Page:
I spoke to a DoD manager recently and he told me they are being asked to track what is NOT getting done to show how devastating the furloughs are.  When tasks aren’t done, they can’t be given to anyone else to do.  They have to prove how the furloughs are hurting productivity.

Here’s the problem in both scenarios:  The customers and passengers don’t care about the furloughed workers’ problems.  They need to get their business done or get to their destination on time.  While we understand about the furloughs (my wife is a Fed who will be furloughed 11 days),  nobody should care about the customer, passenger, or patient as much as YOU should.

I used to do a fair amount of contract training.  I don’t anymore. Typically my fee on a contract workshop was about 20% of what the client is actually billed for.  I knew this and sometimes it bothered me since I’m doing 100% of the work.  On the other hand, the client didn’t know this and frankly, it’s irrelevant to them.  For these gigs, nobody should care as much as I do and I always gave 110% to that company.  I could of course “phoned it in” and gave minimal effort, but I took too much pride in my work.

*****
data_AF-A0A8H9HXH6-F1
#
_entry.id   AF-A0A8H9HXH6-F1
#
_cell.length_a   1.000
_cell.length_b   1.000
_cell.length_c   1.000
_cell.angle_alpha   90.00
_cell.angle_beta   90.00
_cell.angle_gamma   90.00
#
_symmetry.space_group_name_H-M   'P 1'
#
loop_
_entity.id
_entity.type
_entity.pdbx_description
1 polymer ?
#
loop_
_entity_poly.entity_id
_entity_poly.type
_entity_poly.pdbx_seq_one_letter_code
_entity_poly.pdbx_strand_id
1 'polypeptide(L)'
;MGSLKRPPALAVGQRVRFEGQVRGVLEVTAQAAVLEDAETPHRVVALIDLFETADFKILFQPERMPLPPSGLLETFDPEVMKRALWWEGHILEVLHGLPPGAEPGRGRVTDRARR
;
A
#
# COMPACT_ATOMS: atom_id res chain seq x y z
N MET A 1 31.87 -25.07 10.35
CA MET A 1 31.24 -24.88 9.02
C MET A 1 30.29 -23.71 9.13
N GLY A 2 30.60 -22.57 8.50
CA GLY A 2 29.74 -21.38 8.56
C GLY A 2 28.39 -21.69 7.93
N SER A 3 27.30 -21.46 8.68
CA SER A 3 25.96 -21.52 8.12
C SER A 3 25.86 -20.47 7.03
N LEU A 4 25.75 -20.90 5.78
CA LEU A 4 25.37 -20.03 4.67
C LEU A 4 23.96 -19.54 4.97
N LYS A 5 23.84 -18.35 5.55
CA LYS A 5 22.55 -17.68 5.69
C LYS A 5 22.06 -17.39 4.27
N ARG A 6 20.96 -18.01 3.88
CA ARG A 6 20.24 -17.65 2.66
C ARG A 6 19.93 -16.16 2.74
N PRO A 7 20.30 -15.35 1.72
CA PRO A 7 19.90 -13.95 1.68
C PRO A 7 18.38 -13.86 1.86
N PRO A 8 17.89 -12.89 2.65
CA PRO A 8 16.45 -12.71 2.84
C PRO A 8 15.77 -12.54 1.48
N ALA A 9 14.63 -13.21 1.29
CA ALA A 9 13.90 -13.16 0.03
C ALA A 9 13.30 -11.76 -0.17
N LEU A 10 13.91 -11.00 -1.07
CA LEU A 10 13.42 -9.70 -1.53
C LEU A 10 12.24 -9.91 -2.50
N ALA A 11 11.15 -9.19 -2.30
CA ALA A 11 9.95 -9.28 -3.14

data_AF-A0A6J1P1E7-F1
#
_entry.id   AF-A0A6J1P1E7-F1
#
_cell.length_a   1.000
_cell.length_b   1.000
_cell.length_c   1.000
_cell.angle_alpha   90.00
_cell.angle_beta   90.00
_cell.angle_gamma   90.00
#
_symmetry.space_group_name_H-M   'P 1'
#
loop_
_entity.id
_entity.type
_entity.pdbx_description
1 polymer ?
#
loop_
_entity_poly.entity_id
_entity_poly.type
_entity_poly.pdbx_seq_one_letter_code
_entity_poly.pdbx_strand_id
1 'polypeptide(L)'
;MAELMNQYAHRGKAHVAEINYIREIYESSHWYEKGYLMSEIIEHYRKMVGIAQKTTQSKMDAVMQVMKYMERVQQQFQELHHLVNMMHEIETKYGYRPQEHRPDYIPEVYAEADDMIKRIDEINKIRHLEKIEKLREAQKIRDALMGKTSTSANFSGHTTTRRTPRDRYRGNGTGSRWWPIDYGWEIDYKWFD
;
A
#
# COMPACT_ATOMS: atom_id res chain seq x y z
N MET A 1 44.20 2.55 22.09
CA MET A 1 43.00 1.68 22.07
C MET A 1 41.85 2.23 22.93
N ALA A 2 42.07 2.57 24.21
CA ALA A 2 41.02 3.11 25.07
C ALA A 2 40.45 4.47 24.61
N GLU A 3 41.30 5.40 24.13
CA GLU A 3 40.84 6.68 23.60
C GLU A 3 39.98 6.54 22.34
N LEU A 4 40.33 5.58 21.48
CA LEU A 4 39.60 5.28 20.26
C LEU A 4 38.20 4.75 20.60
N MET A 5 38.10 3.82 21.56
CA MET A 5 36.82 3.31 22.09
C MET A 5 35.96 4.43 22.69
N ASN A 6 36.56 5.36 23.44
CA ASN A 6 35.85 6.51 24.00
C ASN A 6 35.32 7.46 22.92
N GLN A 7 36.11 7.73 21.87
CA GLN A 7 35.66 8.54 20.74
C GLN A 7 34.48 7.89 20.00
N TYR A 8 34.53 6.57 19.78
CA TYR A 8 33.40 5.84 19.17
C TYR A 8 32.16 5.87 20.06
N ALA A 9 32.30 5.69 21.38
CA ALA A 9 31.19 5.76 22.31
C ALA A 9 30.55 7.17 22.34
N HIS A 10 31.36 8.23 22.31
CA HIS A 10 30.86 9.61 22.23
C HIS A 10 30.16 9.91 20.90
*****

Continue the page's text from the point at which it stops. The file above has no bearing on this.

I’m sure there are times Jimmy Buffett isn’t in the mood to do “Margaritaville” in a concert but he realizes for some folks a Jimmy Buffett concert is a “bucket list” item.  Nobody cares as much for his audience as he should…so he delivers “Margaritaville” like it’s the first time he’s ever sang it.

Year ago when my wife was the head of Materials Management at Bethesda Naval Hospital, she would take her purchasing agents up on the ward to meet the patients.  She’d tell them that when they felt worn out, unappreciated, or just lazy and didn’t push an order through, it was the PATIENT that suffered, not them, the doctors, or the nurses.  It made a huge impact on them.